Decentralised Finance, or DeFi, is gaining traction throughout the world. The numbers do not lie — according to DeFi Pulse, a DeFi data aggregator, the total value locked (TVL) for the US Dollars (USD) has increased three-fold throughout 2021.
A sizeable US$30 billion was locked across many DeFi networks and applications such as DFX, UniSwap, ZilSwap, among many others, in January 2021. This increased to US$90 billion by the end of December 2021. There are reasons for this increasing traction, for which we shall explore below.
Essentially, “DeFi” is short for “Decentralised Finance”.
“Finance” itself is already a vague, umbrella term, and adding the word “decentralised” makes it even more vague. How do we make sense of DeFi?
Think of finance as a highly interconnected network of highways, airports, sea ports, and all that.
You are a traveller, wanting to get to your destination to meet a loved one. You have a number of options to get there. You can get there by plane, car, boat, or even by foot. You choose to go meet your loved one by car, for example.
On the way to your destination, you encounter immigration authorities. There is a person, or an entity, gatekeeping you from getting to your destination. Assuming you pass all the checks, you can proceed with your journey.
After dealing with immigration, you encounter tolls along the way. In theory, the tolls collect a fee from the traveller to maintain the roads. But in practice, does the toll money you pay really go to the maintenance of the roads? There are cracks everywhere, and it still takes forever to get somewhere! What’s more, you don’t know the specifics of where your toll money is going.
This is essentially the world of traditional finance. To make a transaction, you have to go through many intermediaries, pay many fees, or both.
In the analogy above, the immigration is the intermediary that screens you on your way to your destination. Likewise, in traditional finance, intermediaries include banks, financial institutions, regulatory bodies, and more. Tolls are the arbitrary fees that banks or greater financial institutions charge for using their services. Sometimes they can be reasonable, sometimes they just aren’t.
DeFi aims to provide traditional financial services, without the intermediaries or paperwork. Everything is publicly documented and readily available on a blockchain network, and all the work is done by automated algorithms.
The way you transact with your chosen party is with your chosen blockchain network’s cryptocurrency, like Ether (ETH) on the Ethereum network.
Ideally, DeFi aims to be always on, 24 hours a day, 7 days a week, but sometimes even some of the biggest blockchain networks like Ethereum can have downtime. Still, DeFi holds a lot of advantages for the common person as compared to traditional finance.
To better illustrate the difference between DeFi and traditional finance, we boiled down the factors that differentiate the two:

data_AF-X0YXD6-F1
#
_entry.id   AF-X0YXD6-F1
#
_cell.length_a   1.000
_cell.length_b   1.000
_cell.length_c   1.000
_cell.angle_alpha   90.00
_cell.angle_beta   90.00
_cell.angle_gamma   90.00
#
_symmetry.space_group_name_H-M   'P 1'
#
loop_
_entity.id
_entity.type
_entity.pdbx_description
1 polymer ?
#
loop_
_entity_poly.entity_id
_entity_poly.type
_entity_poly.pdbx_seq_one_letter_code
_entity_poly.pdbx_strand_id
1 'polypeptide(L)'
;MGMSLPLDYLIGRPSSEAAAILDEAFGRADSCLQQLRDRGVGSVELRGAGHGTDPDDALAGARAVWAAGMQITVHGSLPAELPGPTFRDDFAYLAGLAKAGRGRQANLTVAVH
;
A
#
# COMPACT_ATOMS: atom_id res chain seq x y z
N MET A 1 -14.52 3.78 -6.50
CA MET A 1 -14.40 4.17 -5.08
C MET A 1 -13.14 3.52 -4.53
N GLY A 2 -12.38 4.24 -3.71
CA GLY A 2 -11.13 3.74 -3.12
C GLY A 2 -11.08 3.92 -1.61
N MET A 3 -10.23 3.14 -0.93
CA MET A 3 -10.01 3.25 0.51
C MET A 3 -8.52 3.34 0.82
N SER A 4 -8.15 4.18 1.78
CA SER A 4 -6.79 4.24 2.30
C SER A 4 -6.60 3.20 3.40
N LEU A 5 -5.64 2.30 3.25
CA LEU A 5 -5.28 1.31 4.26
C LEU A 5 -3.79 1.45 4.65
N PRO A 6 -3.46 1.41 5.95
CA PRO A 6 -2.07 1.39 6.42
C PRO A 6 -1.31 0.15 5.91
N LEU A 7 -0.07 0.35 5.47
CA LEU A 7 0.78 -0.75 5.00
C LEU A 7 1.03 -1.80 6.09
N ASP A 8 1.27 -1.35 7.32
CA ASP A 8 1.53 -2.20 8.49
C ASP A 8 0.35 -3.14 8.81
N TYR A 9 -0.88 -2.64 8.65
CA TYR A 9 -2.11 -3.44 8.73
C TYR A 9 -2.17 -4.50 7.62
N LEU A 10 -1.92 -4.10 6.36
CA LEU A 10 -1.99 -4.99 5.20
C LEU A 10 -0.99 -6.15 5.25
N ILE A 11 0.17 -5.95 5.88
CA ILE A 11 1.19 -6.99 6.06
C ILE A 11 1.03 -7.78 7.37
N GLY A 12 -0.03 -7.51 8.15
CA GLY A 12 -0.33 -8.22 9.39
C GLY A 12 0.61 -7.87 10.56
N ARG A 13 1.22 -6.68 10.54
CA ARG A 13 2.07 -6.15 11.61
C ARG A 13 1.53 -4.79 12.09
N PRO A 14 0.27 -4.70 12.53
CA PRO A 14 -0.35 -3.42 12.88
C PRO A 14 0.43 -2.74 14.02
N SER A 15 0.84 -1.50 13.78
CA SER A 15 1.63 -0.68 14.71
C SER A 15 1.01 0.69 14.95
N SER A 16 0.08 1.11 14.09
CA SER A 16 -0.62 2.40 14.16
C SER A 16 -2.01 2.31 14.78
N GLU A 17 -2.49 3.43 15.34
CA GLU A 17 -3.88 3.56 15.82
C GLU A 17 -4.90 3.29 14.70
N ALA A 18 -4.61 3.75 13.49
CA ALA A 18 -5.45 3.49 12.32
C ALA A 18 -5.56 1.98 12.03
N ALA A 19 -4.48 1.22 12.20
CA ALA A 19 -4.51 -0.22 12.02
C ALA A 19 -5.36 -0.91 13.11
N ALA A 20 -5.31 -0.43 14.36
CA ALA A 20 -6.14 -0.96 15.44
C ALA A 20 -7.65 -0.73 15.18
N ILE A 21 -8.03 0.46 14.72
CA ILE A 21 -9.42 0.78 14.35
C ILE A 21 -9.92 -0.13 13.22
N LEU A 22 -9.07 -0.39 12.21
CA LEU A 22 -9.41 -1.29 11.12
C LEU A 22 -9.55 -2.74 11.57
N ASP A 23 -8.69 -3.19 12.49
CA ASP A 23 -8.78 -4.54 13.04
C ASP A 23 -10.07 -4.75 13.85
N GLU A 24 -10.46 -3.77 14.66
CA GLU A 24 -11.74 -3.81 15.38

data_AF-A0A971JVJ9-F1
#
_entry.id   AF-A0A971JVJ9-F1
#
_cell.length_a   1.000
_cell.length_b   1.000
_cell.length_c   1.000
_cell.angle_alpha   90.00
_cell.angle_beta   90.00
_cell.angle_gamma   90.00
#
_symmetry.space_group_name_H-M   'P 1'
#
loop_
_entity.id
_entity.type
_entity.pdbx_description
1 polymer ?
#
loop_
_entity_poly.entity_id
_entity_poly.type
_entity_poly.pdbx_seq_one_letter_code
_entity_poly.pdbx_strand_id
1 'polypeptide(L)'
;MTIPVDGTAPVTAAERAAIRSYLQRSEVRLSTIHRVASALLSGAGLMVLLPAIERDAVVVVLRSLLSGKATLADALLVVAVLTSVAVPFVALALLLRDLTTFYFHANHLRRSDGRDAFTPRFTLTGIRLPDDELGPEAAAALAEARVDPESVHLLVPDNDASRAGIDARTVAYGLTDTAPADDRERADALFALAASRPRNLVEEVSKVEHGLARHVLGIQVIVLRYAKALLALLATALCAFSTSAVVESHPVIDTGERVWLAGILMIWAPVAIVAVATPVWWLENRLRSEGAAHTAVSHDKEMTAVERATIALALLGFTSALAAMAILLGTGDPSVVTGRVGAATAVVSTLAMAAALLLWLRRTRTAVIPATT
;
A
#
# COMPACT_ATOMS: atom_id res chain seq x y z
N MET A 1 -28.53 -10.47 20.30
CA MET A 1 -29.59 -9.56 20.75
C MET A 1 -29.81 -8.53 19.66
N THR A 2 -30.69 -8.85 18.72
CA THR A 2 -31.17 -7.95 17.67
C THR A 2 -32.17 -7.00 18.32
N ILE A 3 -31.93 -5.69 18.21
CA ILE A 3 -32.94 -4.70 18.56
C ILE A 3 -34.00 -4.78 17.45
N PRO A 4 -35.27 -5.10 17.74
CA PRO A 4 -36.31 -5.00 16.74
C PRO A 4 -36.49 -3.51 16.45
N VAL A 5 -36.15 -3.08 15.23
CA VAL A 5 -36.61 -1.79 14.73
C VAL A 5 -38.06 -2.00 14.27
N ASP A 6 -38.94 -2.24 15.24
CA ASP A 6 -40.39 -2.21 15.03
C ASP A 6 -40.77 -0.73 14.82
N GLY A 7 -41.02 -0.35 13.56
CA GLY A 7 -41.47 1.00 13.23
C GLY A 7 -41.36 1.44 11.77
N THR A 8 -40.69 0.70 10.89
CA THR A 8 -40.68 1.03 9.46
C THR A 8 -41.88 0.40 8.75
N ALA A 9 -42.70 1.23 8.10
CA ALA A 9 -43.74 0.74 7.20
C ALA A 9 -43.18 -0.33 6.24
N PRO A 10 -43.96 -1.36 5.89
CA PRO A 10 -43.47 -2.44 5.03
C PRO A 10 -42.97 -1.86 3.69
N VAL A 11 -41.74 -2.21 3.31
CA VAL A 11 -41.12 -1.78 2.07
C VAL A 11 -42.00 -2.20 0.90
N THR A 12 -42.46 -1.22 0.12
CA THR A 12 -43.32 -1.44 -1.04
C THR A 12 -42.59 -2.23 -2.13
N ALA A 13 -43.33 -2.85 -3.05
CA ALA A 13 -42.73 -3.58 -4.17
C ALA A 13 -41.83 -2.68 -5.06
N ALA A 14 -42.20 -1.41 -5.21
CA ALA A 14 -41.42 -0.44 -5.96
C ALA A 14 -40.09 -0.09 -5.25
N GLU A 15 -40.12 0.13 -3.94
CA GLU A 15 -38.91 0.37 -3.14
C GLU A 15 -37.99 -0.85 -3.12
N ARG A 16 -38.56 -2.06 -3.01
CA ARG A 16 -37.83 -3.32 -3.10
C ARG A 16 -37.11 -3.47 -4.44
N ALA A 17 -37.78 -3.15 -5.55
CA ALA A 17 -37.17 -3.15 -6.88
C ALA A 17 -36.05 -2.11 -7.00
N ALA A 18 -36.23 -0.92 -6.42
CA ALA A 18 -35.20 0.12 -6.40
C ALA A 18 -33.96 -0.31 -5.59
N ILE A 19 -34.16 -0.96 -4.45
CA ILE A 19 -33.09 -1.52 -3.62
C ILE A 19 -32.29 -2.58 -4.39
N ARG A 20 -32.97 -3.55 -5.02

DeFi (Decentralised Finance)
Of course, there are some caveats to DeFi. Using DeFi assumes that you have a stable internet connection, and the technological infrastructure like running electricity, a computer or mobile phone. For some parts of the world like Indonesia, that simply isn’t the case.
In fact, 66% of Indonesia’s population, or 180 million people, don’t own a bank account, and fewer than 40% of Indonesia’s smartphone users have ever used a financial service app. To name a few of these apps, think of Venmo in the US, PayNow in Singapore, or even using their bank’s official app is alien to many Indonesians.
Accountability is also another sticking point that DeFi critics put across. Yes, all transactions are recorded on the blockchain network, but your identity is pseudonymous. You are identified on the blockchain network as a string of unintelligible letters and numbers, not as John Doe from California, USA. For some people, this is a good thing, but for many others, it might not be.
As mentioned above, blockchain networks are prone to outages, and these networks are not immune to fees either. The biggest example of this would be Ethereum, which charges “gas fees” to use its blockchain network
That being said, DeFi opens a world of possibilities for those who have just dipped their toes in it.
There are tons of things you can do with DeFi:
There are tons of use-cases for DeFi, but above all, DeFi aims to make financial activities as efficient, as borderless, and as available as possible. Sure, Indonesia has a long way to go to provide its unbanked population with basic financial access, but that means that when they’re finally onboard, they do so with fresh eyes.
StraitsX is well-positioned to provide the basic foundations of the rapidly evolving world of DeFi, and traditional finance at large. With DeFi gaining so much traction throughout the world, it’s inevitable that everyone’s lives would be intertwined by it somehow.
The number of DeFi applications across the web is more than the mortal mind could ever hope to fathom. But if you’re looking for a base to start, StraitsX has some partners that you could tap on:
As mentioned above, DFX, Uniswap, and Zilswap allow the use of XSGD or XIDR as your stablecoin of choice. This is especially advantageous for you, because it saves you the headache of needing to convert your existing cryptocurrencies or fiat currencies to USDC, the world’s leading stablecoin. Simply transact in your native fiat, or cash currency!
It’s a simple process: